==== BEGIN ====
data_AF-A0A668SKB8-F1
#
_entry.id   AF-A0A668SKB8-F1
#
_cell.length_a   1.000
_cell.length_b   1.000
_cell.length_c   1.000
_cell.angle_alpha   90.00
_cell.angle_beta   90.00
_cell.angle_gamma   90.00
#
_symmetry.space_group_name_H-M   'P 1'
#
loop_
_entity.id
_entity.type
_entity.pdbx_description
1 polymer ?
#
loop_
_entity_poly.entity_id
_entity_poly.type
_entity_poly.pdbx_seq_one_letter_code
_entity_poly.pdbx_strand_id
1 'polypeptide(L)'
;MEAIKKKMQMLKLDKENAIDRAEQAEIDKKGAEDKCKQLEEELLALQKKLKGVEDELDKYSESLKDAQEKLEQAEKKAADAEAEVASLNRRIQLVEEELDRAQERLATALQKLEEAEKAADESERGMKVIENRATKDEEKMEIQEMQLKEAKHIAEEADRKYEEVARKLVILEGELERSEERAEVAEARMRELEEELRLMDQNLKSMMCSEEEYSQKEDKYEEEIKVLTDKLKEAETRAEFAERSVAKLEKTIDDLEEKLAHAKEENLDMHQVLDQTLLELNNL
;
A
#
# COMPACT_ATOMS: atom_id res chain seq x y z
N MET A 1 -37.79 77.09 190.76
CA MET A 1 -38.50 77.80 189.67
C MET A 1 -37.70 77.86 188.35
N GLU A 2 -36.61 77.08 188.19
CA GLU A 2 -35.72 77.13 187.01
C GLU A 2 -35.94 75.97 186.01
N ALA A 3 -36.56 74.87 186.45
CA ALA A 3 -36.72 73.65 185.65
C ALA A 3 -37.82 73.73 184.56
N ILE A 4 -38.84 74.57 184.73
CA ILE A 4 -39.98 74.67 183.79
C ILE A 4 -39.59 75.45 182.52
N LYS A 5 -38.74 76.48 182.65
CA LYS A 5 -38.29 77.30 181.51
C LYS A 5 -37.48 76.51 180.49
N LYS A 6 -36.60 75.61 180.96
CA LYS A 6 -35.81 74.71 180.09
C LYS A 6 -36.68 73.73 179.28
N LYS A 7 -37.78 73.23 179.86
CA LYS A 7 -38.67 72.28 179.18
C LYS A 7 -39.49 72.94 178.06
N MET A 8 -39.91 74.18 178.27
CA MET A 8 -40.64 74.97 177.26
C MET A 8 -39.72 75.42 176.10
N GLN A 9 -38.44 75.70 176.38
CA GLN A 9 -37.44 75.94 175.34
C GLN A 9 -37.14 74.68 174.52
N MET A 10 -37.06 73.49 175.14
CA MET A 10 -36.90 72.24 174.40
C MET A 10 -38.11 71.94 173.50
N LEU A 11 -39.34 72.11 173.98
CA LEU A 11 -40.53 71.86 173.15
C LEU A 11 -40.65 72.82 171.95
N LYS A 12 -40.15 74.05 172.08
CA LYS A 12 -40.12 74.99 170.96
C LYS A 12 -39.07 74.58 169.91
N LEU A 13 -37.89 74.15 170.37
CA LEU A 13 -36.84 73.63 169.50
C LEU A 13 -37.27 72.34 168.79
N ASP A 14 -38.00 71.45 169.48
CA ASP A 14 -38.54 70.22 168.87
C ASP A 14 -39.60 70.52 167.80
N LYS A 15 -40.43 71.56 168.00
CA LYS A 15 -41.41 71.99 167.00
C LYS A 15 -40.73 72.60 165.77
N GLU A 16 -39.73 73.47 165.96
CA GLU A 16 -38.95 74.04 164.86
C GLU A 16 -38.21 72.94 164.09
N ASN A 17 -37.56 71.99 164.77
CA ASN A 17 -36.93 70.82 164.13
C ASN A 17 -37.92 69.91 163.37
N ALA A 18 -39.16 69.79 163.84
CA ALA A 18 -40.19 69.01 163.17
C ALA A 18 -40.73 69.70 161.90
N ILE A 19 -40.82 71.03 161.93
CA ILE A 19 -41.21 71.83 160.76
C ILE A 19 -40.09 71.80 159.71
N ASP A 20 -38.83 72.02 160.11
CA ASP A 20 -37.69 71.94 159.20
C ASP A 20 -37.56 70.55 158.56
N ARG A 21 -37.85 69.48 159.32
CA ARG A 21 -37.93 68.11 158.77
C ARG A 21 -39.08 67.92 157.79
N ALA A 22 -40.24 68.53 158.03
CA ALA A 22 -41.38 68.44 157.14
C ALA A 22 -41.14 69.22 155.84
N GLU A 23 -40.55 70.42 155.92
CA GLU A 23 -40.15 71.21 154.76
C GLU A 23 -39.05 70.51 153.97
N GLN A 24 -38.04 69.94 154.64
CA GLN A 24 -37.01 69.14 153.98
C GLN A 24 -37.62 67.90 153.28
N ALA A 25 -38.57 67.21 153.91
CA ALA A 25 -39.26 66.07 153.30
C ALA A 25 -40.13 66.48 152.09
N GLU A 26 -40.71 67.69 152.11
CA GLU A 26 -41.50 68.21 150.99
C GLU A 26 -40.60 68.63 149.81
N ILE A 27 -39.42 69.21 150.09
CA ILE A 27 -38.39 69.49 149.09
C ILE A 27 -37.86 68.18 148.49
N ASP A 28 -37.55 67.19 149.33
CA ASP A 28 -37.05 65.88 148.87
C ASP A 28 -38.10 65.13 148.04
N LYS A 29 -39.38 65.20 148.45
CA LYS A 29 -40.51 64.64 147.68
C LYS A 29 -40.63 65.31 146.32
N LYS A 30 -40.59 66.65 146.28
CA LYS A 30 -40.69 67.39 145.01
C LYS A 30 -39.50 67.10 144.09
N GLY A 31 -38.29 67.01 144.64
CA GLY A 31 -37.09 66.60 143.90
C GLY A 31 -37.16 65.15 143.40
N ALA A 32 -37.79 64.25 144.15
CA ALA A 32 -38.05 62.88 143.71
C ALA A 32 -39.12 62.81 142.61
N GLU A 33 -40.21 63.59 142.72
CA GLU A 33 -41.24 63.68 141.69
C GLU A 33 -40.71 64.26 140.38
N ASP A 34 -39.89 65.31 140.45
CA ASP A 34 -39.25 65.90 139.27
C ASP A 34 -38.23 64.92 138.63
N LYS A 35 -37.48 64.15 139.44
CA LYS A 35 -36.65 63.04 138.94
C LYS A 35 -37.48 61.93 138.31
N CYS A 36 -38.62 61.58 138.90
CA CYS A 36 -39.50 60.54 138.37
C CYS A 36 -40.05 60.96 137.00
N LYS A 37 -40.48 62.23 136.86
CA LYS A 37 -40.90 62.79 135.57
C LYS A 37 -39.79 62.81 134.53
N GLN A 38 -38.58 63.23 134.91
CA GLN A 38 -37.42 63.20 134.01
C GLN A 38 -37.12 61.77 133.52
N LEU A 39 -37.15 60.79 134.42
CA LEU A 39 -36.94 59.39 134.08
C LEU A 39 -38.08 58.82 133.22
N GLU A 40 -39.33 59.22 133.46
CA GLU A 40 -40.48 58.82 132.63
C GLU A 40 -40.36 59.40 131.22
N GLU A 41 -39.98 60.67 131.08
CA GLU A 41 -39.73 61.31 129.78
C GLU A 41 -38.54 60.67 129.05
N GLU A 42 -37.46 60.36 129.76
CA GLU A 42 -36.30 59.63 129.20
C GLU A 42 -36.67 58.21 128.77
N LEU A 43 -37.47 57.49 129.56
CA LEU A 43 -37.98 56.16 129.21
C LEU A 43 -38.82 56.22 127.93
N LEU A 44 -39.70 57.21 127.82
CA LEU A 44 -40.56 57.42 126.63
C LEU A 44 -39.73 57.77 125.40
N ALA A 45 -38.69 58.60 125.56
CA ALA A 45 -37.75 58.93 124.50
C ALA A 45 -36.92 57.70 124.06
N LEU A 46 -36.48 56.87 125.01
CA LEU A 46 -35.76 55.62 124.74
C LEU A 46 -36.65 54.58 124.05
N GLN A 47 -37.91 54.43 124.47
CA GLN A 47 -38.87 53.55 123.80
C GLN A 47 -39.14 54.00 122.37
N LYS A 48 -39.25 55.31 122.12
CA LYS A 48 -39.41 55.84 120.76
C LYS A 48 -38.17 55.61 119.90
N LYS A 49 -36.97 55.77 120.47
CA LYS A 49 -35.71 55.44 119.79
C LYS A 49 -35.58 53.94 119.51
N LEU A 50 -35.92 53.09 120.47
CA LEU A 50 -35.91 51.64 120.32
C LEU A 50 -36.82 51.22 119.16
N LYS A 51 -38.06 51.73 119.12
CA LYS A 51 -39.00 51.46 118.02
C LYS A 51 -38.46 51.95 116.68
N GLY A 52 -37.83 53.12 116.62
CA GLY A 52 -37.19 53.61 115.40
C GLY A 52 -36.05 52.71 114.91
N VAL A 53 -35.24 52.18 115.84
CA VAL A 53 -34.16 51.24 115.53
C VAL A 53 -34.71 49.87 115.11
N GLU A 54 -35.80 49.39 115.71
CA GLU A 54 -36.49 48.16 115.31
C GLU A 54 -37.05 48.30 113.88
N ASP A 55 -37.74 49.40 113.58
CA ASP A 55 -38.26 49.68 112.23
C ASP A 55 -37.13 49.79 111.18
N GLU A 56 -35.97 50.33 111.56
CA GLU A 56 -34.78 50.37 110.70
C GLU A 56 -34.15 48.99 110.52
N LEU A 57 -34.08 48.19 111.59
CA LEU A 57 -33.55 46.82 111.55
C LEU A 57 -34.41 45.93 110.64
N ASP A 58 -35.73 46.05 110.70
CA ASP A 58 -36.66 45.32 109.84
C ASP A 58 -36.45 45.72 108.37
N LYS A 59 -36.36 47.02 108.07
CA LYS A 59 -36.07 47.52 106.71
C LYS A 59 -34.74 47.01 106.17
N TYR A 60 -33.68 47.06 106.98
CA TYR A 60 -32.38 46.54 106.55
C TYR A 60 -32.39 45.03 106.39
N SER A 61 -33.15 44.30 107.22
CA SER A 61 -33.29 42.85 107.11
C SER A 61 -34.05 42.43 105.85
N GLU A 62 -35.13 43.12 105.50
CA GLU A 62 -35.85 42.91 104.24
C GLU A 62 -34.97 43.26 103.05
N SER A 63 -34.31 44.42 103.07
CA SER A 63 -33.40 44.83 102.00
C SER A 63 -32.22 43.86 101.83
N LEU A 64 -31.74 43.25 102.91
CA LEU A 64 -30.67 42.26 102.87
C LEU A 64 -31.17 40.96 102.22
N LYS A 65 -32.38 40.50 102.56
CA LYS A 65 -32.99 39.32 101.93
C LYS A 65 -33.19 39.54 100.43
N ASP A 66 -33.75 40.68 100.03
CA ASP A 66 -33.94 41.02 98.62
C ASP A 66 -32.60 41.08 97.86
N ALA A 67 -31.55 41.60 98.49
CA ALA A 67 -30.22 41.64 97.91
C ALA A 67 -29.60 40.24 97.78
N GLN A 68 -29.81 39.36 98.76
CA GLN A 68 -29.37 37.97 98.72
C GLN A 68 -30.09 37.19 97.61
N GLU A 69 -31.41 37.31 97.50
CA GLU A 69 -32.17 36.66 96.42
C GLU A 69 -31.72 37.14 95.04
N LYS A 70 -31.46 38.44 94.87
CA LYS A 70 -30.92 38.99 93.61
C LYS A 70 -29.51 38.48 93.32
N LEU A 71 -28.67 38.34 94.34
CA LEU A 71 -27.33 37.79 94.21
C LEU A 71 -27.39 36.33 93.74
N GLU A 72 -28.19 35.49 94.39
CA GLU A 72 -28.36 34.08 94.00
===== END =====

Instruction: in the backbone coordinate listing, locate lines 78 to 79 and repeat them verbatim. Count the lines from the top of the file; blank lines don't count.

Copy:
C GLU A 16 -38.21 72.94 164.09
N ASN A 17 -37.56 71.99 164.77